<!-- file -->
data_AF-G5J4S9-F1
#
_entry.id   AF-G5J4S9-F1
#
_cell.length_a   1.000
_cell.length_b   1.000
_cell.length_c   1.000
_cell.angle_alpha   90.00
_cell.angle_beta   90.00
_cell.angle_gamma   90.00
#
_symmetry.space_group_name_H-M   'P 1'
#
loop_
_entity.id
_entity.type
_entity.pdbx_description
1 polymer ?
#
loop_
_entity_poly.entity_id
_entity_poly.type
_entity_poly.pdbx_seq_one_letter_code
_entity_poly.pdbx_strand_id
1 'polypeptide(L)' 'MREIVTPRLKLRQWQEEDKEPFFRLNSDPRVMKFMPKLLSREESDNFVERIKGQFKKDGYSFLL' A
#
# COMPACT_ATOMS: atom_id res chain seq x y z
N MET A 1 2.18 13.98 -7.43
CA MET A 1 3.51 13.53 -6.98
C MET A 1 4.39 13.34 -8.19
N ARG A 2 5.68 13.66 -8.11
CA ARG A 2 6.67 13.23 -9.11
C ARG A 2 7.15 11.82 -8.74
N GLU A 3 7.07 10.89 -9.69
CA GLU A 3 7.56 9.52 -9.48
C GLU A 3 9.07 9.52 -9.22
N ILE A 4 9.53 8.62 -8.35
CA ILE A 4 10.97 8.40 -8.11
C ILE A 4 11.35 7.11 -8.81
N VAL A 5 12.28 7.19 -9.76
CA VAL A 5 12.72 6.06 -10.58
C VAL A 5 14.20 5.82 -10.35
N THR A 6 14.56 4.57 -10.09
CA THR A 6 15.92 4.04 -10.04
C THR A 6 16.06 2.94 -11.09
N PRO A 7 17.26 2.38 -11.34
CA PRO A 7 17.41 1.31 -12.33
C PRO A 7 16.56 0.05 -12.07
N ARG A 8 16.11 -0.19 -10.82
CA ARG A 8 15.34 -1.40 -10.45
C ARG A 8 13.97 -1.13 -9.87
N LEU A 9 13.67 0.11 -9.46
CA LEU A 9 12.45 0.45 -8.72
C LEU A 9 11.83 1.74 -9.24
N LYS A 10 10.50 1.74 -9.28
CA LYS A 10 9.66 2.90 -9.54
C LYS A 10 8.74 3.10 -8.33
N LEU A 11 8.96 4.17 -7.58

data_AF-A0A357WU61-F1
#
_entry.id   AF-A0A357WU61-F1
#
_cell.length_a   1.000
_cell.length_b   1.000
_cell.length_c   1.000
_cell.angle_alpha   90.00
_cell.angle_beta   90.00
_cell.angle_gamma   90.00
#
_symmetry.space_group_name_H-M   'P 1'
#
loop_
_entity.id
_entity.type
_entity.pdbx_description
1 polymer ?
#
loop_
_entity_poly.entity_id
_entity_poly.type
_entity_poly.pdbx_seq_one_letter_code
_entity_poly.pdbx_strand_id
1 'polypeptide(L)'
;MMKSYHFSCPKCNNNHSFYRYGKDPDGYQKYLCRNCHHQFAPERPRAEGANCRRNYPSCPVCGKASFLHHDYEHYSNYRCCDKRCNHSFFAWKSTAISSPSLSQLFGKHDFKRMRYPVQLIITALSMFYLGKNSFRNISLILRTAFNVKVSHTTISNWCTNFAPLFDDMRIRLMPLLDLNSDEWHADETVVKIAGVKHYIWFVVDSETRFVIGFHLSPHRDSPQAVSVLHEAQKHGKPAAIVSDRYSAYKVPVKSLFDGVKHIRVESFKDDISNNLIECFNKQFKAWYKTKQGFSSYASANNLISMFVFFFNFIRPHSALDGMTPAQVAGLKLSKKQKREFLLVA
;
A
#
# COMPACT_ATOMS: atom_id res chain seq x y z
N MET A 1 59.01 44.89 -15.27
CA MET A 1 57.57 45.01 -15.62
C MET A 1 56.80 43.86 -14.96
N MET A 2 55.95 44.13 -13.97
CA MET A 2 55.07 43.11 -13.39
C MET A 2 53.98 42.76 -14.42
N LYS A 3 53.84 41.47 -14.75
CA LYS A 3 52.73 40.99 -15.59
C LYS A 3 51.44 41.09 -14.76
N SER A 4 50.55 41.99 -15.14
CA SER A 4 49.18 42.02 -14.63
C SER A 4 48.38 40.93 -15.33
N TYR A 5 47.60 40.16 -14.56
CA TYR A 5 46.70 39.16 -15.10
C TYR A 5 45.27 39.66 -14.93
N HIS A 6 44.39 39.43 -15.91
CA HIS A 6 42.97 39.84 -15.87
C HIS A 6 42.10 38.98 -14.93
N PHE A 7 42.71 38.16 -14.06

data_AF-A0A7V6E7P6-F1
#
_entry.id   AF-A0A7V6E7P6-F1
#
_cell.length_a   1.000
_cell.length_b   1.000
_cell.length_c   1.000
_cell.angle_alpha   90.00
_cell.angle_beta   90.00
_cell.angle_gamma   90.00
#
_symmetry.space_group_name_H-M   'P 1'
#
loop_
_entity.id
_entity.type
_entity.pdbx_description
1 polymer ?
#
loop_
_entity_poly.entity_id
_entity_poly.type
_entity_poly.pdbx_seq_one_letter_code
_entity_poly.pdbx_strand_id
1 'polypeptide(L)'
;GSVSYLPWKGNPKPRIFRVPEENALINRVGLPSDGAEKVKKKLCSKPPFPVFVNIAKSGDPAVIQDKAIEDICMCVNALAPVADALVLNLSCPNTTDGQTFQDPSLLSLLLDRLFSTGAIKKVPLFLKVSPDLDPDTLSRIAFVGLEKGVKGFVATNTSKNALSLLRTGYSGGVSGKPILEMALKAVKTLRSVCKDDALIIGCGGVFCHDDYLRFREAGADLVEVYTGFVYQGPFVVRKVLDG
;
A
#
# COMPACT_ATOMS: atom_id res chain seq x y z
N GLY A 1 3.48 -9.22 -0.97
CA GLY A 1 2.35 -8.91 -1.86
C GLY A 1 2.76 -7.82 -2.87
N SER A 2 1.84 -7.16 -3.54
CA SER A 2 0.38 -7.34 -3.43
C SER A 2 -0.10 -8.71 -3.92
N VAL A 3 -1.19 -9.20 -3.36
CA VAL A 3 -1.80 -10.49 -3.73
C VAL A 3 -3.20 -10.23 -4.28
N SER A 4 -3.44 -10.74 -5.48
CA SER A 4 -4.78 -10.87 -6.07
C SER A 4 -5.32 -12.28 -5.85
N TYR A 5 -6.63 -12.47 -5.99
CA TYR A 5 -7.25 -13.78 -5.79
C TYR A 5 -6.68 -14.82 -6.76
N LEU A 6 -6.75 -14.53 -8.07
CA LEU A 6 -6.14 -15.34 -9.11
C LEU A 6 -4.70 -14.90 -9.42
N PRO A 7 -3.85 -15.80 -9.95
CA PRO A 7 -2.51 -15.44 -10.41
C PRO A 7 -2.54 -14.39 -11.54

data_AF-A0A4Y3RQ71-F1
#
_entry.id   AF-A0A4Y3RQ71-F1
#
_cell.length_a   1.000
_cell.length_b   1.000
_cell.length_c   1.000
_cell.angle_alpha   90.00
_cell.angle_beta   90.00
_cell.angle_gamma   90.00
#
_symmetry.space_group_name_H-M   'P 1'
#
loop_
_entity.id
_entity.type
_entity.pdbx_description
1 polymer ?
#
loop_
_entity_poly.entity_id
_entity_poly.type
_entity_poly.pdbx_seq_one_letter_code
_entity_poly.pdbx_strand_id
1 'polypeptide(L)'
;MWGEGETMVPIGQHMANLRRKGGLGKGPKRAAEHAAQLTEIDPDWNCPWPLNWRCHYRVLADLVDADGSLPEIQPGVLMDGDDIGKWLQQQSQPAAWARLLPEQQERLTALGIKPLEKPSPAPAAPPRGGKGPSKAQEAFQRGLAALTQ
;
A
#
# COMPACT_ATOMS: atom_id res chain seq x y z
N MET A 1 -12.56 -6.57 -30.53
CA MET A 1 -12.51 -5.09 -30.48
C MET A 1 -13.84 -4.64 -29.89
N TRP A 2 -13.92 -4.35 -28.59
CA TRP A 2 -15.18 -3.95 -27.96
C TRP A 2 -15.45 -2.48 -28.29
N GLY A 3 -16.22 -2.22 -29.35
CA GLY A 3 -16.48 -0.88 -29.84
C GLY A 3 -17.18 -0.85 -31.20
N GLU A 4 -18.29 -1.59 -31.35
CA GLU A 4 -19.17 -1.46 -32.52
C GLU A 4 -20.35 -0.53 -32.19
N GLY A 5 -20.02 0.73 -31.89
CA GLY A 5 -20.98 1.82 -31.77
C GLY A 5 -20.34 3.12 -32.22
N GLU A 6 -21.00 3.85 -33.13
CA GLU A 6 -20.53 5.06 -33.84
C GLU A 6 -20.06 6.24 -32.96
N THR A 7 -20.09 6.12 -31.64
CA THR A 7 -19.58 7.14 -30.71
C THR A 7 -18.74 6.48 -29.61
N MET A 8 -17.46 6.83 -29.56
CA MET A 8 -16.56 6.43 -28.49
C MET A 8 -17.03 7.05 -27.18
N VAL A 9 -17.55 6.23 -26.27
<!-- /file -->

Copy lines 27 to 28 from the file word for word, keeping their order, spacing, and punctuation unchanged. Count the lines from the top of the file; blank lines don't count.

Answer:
# COMPACT_ATOMS: atom_id res chain seq x y z
N MET A 1 2.18 13.98 -7.43